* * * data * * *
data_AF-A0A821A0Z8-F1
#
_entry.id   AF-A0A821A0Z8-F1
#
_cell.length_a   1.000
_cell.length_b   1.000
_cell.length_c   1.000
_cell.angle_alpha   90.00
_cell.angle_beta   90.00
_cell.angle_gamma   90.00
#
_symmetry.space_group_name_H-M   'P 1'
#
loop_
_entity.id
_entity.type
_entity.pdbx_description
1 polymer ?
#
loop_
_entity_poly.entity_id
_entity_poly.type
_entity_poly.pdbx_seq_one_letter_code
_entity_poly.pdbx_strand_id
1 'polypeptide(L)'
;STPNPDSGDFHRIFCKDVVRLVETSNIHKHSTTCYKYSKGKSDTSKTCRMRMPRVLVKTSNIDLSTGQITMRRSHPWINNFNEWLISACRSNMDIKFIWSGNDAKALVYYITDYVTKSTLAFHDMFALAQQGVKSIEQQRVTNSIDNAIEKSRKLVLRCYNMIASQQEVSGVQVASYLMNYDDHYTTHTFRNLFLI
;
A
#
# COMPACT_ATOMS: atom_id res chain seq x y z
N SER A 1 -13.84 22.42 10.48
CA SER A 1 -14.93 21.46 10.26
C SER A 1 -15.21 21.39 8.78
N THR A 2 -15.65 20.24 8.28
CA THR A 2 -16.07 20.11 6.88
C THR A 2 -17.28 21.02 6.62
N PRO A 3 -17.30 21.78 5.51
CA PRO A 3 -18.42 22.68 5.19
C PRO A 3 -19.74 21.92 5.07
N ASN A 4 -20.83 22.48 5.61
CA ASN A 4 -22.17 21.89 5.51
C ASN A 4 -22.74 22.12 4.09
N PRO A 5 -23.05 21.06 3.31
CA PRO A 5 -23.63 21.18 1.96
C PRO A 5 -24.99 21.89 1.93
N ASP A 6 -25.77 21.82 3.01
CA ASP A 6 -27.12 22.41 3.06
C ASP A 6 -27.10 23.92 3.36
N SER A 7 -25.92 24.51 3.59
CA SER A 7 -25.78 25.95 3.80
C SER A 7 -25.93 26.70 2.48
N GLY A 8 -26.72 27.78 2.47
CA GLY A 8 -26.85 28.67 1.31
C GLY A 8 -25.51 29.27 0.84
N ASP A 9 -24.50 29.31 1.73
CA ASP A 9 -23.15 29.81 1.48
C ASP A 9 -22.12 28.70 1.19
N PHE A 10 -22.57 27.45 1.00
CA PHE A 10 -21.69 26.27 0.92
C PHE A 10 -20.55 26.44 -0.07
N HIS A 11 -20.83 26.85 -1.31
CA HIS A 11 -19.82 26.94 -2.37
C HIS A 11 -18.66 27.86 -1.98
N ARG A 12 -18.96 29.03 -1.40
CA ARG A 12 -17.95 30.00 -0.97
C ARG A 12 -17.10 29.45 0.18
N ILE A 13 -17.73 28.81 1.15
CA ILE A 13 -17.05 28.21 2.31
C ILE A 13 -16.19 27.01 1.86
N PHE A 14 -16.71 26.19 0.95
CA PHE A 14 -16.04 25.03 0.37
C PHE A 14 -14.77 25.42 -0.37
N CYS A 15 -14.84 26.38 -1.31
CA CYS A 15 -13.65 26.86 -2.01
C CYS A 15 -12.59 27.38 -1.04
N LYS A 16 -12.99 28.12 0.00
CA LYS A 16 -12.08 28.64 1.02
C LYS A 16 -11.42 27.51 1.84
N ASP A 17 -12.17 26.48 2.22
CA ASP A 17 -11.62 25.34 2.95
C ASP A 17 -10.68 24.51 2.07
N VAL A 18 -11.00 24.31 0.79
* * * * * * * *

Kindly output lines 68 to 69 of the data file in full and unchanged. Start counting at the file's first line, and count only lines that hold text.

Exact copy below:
CA ILE A 13 -17.05 28.21 2.31
C ILE A 13 -16.19 27.01 1.86